The particular bit that I wanted to mention was my mentor, I’ve had three key mentors within my job. I’ve had Terry Parkinson, who is now working on a different area of the project, but at the time was sort of the digital lead, he taught me that focusing on what I’m doing will really help and made me realise where I should be focusing my energy and how to be more professional and how that is not only going to benefit the tasks that I am doing now but giving me the confidence to being a really influential digital engineer further into my career so that has always kept me going and giving me the belief in myself that I can do it.
When I started my first line manager was a man called Tim Davies, maybe one of the smartest people that I have ever met. What he did was ask me what I like doing, and I started with that while applying it to digital engineering. Which was coding, developing tools and things and what he did with that was that he let me express myself and my passion in a way which I didn't know was possible when I started and ultimately what that did was build my love for my job, my love for what I am doing. He would often talk to me and relate to me on a personal level as well about it, so it wasn't just a professional point of view but from a friend's point of view.
Without Tim at the very beginning, I don't know if I would love my job as much as I do. I very much enjoy what I do, but how he introduced me to the job and the role is what maybe blossomed that love for digital engineering.
I’d argue that maybe the most important out of all of them has been Victoria Jones, she’s been my line manager since she joined the organisation two years ago and quite frankly if it wasn’t for her I don’t know what I would be doing. I was at a pretty low point in both life and my job. She picked me right up out of it and made me realise that yes, I am very talented and yes, I’ve still got a lot to offer and ultimately motivated to go on and do better things and really excel in what I am doing. She motivates me both personally and professionally. She has been one of the biggest blessings in my whole apprenticeship. Her influence and her mentoring has, I don't want to say, made me the digital engineer I am today as I have had both Tim and Terry influencing me. But particularly over the last two years working with her I have noticed a difference not just in myself, but in what I am producing and the relationship that I am having with different teams. I really want to thank Victoria Jones for believing in me and I think that it's particularly important as an apprentice as we can often feel very small but she made me believe in myself and what I am doing and without her, I wouldn’t have gone on to achieve everything that I have.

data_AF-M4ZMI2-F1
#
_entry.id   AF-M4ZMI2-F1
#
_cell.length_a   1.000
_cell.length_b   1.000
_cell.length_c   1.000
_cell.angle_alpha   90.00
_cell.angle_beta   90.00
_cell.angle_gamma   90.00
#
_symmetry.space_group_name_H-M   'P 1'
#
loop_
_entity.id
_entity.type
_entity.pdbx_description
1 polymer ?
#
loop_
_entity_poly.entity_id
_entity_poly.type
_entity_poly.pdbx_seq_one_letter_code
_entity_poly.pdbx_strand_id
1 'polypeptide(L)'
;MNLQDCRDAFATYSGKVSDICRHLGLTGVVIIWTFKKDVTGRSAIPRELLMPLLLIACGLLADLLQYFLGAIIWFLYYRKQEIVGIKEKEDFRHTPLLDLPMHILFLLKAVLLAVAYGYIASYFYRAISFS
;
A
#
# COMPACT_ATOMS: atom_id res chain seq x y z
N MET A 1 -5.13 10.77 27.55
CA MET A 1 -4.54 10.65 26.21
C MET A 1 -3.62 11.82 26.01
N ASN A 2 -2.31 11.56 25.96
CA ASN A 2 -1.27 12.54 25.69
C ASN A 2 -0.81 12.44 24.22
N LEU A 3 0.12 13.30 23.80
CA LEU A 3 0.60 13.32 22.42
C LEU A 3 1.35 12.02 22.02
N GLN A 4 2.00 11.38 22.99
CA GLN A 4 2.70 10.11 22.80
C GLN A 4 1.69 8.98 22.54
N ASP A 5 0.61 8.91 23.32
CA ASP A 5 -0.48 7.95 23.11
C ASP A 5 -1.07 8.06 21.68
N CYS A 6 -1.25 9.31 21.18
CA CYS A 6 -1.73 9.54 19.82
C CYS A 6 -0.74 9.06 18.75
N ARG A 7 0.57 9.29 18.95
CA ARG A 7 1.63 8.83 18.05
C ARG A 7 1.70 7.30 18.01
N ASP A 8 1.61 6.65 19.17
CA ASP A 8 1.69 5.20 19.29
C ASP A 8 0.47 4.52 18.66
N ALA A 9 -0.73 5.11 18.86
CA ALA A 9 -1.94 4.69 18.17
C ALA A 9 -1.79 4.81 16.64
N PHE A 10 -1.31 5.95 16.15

I think the thing that I tell my younger self and the thing that I believe the future of the industry is, just because you don't have a construction background does not mean that you will not succeed. My generation, generation Z, we are called the digital generation and rightly so, we have grown up with the internet, computers, gaming consoles, everything. We have grown up with them much like our parents didn't. I think what that means is that apprenticeships throughout the future are going to be particularly important because we have grown up with that technology and ultimately we are bringing skills that some would have to have learnt before, whether that be coding, animations, visualisations, anything. I think that this ties into the future of the industry and apprentices of the future are going to be even more important than they are today because digital technology and its power of them are extraordinary and our generation is right at the forefront of really being able to implement them and use of them, particularly to a high level as well.
My advice to younger people, my age and below, I would say probably don't rule out construction, don't rule out engineering, don't rule out this industry just because you don't come from a background in it. I didn't and as humbly as I can put it, I’ve done very well winning awards and things and being a very important member here at Bylor, particularly in digital engineering and the nuclear area.